Welcome back to George vs the Listener Crossword. Well I’d like to say that I hope I’m getting back in the swing, but you readers love failure, with the last two weeks being the most viewers in the last six months! I’m not deliberately trying to fail, last week I was honest in accepting that I kind of got the theme, but in the end I was outdone by lowercase B’s. There are solvers that live for those dictionaries and all-corrects, and there are solvers that hope they’re right, and I fall firmly in the latter camp.
Which brings us to this week and Lato. I was pleasantly surprised earlier today to get an email from Lato, thanking me for my comments on this puzzle and saying he enjoyed the blog. Hi Lato! Was this a pre-emptive strike? Maybe, because I have a pretty pitiful record against Lato! Two years ago there was Wet, Wet, Wet which was close to an empty grid. Cut Out was a similar debacle, and Explanation was an embarrassing “get most of the grid and completely miss an obvious theme” which leaves only Yes as a completed grid.
So what do we have here – 16 unclued entries in pairs, a name to highlight. Extra letters in wordplay and a list of mutually checking letters. That’s a lot, but there’s some heartening stuff here – looks like we’re dealing with all real words in the grid! And all bar 17 of the clues are normal. Here we go!
There is a 1 across – and it’s MEG,A,BIT so we’re off to a rip-roaring start! Unfortunately everything it crosses except (c)ALUM and T-CARTS + U (hey, first extra letter!) is unclued. On the other hand, that gives me AMELANCHIER meaning that 7 across has an extra T so that’s the start or near the start of the message.
The top right of this crossword firmly grasped, it looked like the unclued answers were MATHS, GERMAN and BASICS, so I figured we were on some sort of school subject theme. What is going to be paired with either of those three? The corresponding right side didn’t look as promising, with one unclued entry looking like BRILLIANT.
So bizarre crosswording coincidence – I’m writing this up late at night on a Thursday night and there’s a cable channel that turns to bizarre (often British) comedy about 1 in the morning. Which means I’m catching up on “The Mighty Boosh” and there was just a “Stig of the Dump” reference that came up in a daily a few weeks ago.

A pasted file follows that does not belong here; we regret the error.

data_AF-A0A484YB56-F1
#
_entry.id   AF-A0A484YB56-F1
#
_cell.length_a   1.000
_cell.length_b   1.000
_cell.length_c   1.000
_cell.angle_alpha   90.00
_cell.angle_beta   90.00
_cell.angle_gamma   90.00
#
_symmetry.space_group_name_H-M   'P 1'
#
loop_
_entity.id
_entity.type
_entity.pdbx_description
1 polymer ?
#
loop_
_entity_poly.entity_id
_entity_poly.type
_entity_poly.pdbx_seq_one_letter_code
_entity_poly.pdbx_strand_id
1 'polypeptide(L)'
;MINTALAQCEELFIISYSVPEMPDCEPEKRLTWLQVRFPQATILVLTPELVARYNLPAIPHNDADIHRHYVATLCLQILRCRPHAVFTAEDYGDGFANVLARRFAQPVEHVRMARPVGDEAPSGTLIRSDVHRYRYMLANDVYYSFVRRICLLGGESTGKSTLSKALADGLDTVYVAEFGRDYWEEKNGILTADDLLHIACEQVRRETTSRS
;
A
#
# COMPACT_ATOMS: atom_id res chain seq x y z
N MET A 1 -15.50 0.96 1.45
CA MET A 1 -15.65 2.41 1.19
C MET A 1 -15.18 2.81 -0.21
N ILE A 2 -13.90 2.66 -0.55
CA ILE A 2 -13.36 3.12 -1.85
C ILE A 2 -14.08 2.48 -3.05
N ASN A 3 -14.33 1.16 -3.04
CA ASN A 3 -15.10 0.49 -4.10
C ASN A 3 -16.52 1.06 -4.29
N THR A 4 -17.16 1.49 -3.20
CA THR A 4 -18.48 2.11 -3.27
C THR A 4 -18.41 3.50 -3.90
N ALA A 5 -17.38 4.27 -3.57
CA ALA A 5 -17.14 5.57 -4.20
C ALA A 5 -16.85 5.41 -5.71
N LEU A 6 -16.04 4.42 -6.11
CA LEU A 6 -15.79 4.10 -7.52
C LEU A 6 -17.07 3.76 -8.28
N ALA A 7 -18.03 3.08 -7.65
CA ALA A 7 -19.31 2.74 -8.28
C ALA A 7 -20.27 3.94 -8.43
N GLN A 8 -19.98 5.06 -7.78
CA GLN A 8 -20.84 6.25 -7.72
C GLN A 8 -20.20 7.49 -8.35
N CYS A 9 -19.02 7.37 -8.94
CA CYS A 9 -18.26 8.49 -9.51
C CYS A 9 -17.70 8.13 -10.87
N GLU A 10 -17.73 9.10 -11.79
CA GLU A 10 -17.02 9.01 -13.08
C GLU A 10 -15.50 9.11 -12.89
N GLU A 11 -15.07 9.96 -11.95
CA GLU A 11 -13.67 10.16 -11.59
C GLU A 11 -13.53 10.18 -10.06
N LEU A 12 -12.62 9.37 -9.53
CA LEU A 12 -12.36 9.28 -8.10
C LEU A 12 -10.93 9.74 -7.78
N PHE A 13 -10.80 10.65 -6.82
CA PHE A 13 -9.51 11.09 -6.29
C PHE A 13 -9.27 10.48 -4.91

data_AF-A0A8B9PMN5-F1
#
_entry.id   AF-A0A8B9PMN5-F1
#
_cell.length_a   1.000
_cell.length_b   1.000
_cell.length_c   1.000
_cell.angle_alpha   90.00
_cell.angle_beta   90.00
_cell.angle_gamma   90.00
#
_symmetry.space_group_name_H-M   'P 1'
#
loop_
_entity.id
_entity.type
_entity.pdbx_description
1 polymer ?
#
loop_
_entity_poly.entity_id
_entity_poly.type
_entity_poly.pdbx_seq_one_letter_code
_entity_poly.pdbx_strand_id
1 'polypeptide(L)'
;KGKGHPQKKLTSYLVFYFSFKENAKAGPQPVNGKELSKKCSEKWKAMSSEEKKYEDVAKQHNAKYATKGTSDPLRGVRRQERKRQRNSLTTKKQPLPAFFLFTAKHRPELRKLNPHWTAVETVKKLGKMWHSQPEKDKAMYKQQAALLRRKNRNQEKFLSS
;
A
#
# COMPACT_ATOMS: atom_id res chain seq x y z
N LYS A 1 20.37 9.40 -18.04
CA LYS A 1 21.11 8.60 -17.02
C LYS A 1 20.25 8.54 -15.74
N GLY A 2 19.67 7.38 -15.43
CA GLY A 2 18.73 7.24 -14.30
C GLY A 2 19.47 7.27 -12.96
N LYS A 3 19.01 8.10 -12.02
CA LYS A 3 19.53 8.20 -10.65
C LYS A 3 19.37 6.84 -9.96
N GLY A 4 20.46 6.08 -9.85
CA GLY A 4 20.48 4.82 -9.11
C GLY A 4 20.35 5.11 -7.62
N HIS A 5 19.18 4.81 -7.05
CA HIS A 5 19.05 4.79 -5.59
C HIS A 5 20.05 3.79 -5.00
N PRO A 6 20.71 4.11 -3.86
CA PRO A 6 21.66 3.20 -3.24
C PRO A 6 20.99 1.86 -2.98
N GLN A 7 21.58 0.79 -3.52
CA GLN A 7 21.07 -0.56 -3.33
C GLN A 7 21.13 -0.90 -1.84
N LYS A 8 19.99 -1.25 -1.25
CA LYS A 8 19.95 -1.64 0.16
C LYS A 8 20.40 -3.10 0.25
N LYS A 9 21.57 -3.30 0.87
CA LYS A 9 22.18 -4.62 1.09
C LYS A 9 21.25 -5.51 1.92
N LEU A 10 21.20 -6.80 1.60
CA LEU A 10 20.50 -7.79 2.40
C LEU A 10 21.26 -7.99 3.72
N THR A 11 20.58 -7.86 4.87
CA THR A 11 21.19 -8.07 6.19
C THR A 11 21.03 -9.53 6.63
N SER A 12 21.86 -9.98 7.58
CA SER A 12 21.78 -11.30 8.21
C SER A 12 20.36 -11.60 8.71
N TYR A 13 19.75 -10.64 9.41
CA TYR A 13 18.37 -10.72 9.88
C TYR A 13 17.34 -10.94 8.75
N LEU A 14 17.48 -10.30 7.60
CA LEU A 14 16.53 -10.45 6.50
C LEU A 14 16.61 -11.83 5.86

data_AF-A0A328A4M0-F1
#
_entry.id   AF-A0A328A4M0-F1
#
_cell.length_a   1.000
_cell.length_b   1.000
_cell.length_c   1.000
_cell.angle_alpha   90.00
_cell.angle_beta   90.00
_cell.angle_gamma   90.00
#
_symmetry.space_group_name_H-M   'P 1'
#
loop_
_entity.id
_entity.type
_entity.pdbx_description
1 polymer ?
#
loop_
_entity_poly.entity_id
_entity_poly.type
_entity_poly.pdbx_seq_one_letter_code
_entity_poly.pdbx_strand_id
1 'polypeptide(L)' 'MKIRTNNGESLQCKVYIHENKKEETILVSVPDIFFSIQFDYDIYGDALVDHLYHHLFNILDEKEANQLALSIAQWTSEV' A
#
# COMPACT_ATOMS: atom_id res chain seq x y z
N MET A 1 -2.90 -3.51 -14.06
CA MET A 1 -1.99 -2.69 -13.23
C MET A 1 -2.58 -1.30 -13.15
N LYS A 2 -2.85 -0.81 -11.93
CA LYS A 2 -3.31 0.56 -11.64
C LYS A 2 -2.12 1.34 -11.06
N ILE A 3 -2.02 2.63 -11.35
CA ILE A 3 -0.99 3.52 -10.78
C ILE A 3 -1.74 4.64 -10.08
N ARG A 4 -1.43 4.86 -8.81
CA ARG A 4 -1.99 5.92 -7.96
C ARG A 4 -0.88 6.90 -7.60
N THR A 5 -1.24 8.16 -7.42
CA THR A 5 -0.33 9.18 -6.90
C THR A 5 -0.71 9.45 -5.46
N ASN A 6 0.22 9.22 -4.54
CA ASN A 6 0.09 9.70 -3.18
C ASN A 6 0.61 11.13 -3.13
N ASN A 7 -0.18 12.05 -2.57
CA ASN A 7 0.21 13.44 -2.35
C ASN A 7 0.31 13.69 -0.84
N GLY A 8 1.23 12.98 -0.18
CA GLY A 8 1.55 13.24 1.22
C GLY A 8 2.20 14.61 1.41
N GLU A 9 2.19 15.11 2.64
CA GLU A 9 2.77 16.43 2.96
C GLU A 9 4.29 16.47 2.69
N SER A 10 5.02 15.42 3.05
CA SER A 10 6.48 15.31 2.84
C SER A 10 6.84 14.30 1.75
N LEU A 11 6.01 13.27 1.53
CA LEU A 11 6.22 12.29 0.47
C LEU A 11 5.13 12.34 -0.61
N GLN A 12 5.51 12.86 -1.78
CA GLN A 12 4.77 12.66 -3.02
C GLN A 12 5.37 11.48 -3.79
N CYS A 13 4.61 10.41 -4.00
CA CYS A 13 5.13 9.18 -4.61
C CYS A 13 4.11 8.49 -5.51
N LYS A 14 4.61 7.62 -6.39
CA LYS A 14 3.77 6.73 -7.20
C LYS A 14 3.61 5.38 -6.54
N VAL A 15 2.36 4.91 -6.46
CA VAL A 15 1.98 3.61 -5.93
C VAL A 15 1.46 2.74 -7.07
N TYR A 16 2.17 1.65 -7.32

The first breakthrough on this one came with seeing the pairing of MATHS VARIABLES right underneath each other, with GERMAN CAR. That would be XYZ with VW. I’ve already found BASICS and it looks like the middle of the grid could be THE, so with ABC, VW, XYZ I think we’re looking at letters of the alphabet! AIRLINE was looming as a possibility which could be KLM. Looks promising!
Following this hunch the rest of the alphabet came out pretty quickly. DEF – brilliant slank, GHI – clarified butter, J? There’s no J! KLM – arline company, NOP – countrywide survey (thanks Chambers!) QR – fourth part, STU – the name that is missing, but already found there in the left hand side of the grid. The extra letters in wordplay read THINK SEQUENTIALLY (that Q was cleverly hidden in SQ for “following”.
One long solving session (four hours or so) and we have a complete grid and all the thematic material worked out. That was a nifty idea – a fun accompaniment to Sabre’s Pangram puzzle from about two years ago. It was in the mail on Tuesday morning, which was good, as I was about to embark on another adventure. Definitely my easiest struggle with Lato and a very fun puzzle to boot. Unless I find out that this needs to be entered with a Japanese Q, I’m going to claim it as a Victory to George!
By the way, I wrote in my comments with my submission that I didn’t get the title even after completing the crossword – Latokindly informed me that Scouse is a type of STEW (STU).
2012 tally: 25-0-6
Feel free to criticize my alphabet, and see you next week when Hedgehog gives us a sad hummer (presumably not knowing the modern US connotation of that).